Before the Internet, almost all exporters were big, powerful companies. Exporting was expensive and time-consuming, requiring large sales, marketing and distribution networks. Today, thanks to the Net, almost any company, anywhere, and of any size, is able to reach a global market with a few clicks of a computer mouse. Italy represents a powerful case study and that’s why we are working with Unioncamere, Symbola Foundation and the Ca ‘Foscari University to expand our pathbreaking “Made in Italy Digital”
Italy needs to rediscover growth and increasing exports can help. The country’s powerful network of small and medium sized, family-owned companies are homes to craftsmen who produce niche products. Our program gives them tools to bring them online, aiming to help them export and reach global markets. Numerous studies have shown that companies that use the web to promote their business grow twice as fast as those who are not online.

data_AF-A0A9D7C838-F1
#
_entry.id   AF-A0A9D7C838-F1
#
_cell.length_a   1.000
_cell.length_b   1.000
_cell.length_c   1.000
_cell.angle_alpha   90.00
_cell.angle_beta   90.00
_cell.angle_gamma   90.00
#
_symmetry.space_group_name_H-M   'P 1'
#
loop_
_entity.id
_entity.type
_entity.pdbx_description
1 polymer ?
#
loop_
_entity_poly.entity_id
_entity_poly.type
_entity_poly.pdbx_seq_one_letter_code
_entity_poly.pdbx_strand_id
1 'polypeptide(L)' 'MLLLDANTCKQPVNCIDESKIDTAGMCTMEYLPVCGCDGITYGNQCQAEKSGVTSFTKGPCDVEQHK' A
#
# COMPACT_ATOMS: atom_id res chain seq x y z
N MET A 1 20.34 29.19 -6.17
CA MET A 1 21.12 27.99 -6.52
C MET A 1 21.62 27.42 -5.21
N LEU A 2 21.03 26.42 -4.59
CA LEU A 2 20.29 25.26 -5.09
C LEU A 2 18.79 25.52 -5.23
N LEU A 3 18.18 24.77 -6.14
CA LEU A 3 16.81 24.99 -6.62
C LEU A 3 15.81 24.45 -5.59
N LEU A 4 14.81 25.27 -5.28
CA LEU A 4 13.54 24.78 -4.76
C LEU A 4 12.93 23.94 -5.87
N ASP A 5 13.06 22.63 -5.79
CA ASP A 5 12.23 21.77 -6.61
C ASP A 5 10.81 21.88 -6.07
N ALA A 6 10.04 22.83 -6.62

On the program’s website
, a new section demonstrates how Google Trends, Global Market Finder, Consumer Barometer and Translate, allows companies to launch foreign subsidiaries. The Giovine family
which has produced wines since 1850, recently started a blog and increased its social network activity - boosting sales by 5%. Galassia Ceramics
gained 13,000 new visitors to its website, half from France and Spain. Ghirigoro T-Shirts & Accessories
created a website - and boosted sales by 40 percent in 2014.
Along with the association of the Chambers of Commerce, Unioncamere, we have trained and supported with a scholarship 104 youthful “digitizers” and sent them in 51 chambers of commerce across Italy, where they provide face-to-face advice on how to approach and leverage the Internet. Our online portal offers another guide for companies wishing to meet the challenge of foreign markets. It is self-service. The eLearning
path shows quick, easy solutions to selling online, launching social media marketing campaigns and much, much more, while the export toolkit
to help SMBs understand their potential on several global markets and draft their export plan.
Despite these successes, much work remains to be done. According to Unioncamere, only 16 percent of its members have websites and engage in e-commerce. This means that the growth potential for Italy’s small and medium enterprises remains enormous. The task ahead is to embrace the opportunities offered by the Internet and spread global wings.